In 1848 when the land was finally available for sale, Myrick bought 100 acres but left town later in the year because of declining business prospects and transferred half his land to Harmon Miller. In 1850, Timothy Burns, who was elected Lieutenant Governor of Wisconsin a year later, bought Myrick’s half-share claim, then sold half of that back to Myrick a short time later. Myrick, Burns, and Miller were the original three proprietors who instigated an official town survey in 1851. When Myrick left La Crosse, the village had a handful of houses and a bowling alley where patrons used a ball made from a pine knot.
Settlers began streaming to town around 1850, attracted to its location on a flat, treeless plain high enough to avoid flooding; it also helped that the area was nearly malaria-free. Among the first arrivals was Emfin Emfinson—the area’s first known immigrant from Norway. By the end of 1853, La Crosse had 100 houses and five taverns. (La Crosse may still have one tavern for every 20 households.) A steady stream of covered wagons arrived from the East to cross the river via the ferry at La Crosse; 61 wagons crossed in a single June day in 1856. La Crosse incorporated as a city in 1856 and elected its first mayor, Thomas Stoddard, by a 216-215 vote.
La Crosse rapidly grew into a regional commercial center, fueled by industries like logging, banking, grain milling, and large scale manufacturing. La Crosse was also home to a high concentration of jobbers—wholesale businesses that supplied the retail trade and had an active ship building and repair industry. The railroads, which connected La Crosse to Milwaukee in 1858, were major employers. La Crosse also had a sizeable beer brewing industry, brewing as much product as their counterparts in Milwaukee.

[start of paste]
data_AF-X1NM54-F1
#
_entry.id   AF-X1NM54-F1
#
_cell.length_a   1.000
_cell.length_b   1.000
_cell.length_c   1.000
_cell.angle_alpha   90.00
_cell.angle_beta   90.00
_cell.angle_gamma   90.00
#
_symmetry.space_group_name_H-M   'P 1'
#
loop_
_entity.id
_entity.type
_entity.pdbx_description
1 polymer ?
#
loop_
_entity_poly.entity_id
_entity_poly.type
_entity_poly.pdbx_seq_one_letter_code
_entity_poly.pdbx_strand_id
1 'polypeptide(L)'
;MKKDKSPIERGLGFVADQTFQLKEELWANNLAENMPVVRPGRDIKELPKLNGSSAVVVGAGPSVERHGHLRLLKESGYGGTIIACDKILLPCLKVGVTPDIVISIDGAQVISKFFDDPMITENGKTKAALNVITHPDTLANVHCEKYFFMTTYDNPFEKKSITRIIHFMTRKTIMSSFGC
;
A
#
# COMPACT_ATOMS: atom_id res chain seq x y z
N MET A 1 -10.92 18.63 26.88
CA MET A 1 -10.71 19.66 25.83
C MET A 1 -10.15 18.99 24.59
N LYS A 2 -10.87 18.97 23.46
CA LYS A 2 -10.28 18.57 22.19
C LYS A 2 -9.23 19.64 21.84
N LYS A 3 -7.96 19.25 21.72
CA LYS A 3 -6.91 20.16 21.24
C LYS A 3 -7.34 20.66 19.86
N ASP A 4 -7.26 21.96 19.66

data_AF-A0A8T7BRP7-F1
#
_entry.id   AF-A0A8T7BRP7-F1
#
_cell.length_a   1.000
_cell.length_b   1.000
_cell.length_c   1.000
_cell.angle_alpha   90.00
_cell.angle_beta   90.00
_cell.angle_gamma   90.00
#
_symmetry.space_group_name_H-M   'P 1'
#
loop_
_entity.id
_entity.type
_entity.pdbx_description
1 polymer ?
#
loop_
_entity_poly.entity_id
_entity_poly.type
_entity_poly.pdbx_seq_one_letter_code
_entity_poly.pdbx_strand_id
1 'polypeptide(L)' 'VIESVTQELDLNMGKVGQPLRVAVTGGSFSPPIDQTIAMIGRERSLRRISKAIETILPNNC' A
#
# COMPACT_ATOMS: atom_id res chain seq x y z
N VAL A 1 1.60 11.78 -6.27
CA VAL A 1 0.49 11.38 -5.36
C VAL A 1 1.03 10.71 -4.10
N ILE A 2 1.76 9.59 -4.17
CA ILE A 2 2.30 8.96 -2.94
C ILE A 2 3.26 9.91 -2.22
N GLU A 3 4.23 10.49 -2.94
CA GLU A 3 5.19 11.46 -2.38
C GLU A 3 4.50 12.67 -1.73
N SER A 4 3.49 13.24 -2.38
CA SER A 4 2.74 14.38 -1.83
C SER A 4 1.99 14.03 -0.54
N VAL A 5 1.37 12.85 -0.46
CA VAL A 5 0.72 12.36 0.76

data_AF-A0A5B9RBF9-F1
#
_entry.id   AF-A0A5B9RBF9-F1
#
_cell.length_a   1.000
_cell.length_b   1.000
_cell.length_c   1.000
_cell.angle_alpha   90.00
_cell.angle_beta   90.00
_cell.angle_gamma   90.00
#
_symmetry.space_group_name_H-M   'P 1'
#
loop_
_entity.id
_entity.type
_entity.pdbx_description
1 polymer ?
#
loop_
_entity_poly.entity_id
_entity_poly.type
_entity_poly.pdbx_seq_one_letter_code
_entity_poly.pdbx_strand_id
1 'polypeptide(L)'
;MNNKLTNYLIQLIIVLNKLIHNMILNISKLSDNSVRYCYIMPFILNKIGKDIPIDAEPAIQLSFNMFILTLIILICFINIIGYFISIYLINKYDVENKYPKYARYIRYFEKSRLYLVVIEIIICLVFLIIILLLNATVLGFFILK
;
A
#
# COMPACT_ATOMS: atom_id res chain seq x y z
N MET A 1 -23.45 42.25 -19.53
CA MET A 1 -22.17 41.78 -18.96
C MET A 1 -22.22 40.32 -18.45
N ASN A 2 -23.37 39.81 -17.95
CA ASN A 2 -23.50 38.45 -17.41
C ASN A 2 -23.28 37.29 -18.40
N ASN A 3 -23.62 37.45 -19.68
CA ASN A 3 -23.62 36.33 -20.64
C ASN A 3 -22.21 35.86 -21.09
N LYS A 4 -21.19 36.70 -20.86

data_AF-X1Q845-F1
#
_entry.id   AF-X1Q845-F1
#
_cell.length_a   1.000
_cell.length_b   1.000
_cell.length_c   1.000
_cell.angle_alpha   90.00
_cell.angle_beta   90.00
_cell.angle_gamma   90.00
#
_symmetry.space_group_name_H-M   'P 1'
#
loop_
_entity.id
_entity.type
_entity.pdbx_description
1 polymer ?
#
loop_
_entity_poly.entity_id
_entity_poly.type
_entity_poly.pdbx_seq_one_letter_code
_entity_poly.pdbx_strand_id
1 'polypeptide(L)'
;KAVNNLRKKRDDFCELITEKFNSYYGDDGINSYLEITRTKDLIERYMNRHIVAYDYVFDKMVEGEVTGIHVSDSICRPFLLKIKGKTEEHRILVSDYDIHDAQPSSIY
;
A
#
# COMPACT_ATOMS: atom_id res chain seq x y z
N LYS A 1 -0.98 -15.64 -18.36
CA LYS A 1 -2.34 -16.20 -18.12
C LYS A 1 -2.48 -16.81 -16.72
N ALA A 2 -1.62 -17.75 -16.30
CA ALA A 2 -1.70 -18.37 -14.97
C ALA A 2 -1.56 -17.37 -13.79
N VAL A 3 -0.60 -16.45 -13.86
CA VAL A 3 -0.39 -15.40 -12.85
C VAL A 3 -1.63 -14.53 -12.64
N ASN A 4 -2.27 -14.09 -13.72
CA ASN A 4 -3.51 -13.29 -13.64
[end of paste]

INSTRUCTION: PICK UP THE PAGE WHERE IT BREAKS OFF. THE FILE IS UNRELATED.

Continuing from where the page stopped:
La Crosse also grew through annexation. One of the most controversial moves was the annexation of North La Crosse, an incorporated city that was separated from La Crosse by a mile of swamp (and still is). North La Crosse had a number of sawmills, but the railroads and iron works were also major employers. Nearly one-third of the residents in North La Crosse were foreign-born, many of them Norwegian. The village had incorporated in 1868, but that didn’t stop annexation, which La Crosse pulled off through an act of the Wisconsin legislature on March 22, 1871; there was never a public vote. Annexation added 1494 residents, many of them disgruntled, increasing the city’s population to over 9000.